In the meantime, check out the other great sketchers from around the world at the 39th Worldwide Sketchcrawl Forum.
More from the California Automobile Museum in Sacramento – above, a metallic blue Rolls Royce 25/30 Sport Sedanca. This Roller was enormous. It looks like something from a 1930s film noir. You had to be a pretty special type of gangster to ride in one of these, none of your “shtick em up, see, this is a frame-up, see” lingo from this motor. This is a roll up slowly, window rolls down, give you a look of disdain from beneath a silvery fedora and move on to the opera before the real thugs come and throw you in the canal. Lots of stories in a car like this, see.
Oooh, the race car section was superb. As keen readers may recall I was at Disneyland Cars Land last week so race travel’s in my blood, there is nothing I can do about it. Well my five-year-old son loves them, and I’m always tripping over them on the carpet. This zippy little creation above is a 1966 Shelby Cobra, a car built by former race-car driver Carroll Shelby. I should like to learn more about race cars like this. Of course this would mean more reading and less drawing so I took a photo of the very detailed history displayed by the exhibit, and I promise I will read the rest of it some time. I don’t know if this car won any races, but it should have done. Being number 13 reminds me of a car I built once – not a real car, like, but a cardboard model with wheels made of those yellow plastic balls you get in Kinder eggs and elastic bands to make it go. I was about thirteen or so, it was for a competition in my design technology class at school. I won, by the way, I won a fun-sized Mars bar, which wasn’t all that fun. And it was not number 13, but number -13 (my favourite number, the opposite of unlucky). I retired from my automotive design career on a high.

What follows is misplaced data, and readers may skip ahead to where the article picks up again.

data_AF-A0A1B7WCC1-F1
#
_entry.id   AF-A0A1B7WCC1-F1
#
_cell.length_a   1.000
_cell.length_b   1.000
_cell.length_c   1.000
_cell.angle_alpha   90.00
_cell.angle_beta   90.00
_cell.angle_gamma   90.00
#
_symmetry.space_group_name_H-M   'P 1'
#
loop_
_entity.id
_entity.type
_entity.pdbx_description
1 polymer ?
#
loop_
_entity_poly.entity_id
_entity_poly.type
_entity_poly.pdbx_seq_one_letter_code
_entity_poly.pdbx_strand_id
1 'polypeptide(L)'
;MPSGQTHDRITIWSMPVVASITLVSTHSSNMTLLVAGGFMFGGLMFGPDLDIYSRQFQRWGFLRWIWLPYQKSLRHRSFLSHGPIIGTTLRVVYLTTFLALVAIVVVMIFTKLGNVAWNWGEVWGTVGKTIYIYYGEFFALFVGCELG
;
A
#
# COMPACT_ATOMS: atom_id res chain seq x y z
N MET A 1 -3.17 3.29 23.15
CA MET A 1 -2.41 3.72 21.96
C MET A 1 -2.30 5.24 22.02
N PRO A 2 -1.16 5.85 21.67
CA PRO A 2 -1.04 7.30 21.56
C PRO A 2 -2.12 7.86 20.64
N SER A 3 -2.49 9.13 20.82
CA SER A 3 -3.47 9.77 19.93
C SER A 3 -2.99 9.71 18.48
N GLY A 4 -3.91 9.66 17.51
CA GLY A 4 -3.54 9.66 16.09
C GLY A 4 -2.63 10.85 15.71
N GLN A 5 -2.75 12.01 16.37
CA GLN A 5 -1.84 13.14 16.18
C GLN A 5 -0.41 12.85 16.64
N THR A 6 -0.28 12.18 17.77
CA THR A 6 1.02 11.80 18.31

Of course, I really wanted to design a time machine. Who wouldn’t? Back to the Future was one of my favourite films. I count it as one of the reasons I moved to California. So you can imagine my heart-thumping glee when I saw the 1981 DeLorean, a real DeLorean, DMC-12, with car doors up prancing majestically like, you know, the karate kid. The Flux Capacitor was gone and it ran on neither plutonium nor trash, but every angle of this car brought me back to being the ten year old who went to see this at the movies and fantasized about time travel ever since. I still nod approvingly at the clock when it strikes 10:04. Time was pressing on and I really had to sketch it before it was too late, because I needed to get to the bus, and get back to 2013. This was a fun trip to the Cal Auto Museum, and I think I’ll be back there soon.
On Saturday, a sunny but breezy February afternoon, I took the bus over to Sacramento for an afternoon of sketching. I had heard about the California Automobile Museum, but had never sought it out, until now. Not far down the river from the Tower Bridge, but still a bit of a walk for my aching feet, the Museum is set into a large warehouse building and jam-packed with amazing historical cars. As someone who likes to draw classic old cars but is frustrated by the samey-samey beige vehicles and unnecessarily testosterone-powered SUVs of the 21st Century, it’s amazing I’ve never been here before, and wow what a find. I will be coming back here again. I wanted to draw everything, so started in chronological order. I didn’t draw the absolutely oldest things on show, but drew the 1904 Ford Model B touring car, above. I say ‘car’, it is a lot bigger than it looks, with a roof straight out of a Great Plains Wagon. It’s intersting to see the evolution of automtive design – many of the touring cars there are larger than a standard SUV of today, but still resemble high-end horse-drawn carriages, where the horse is a long engine in a box at the front.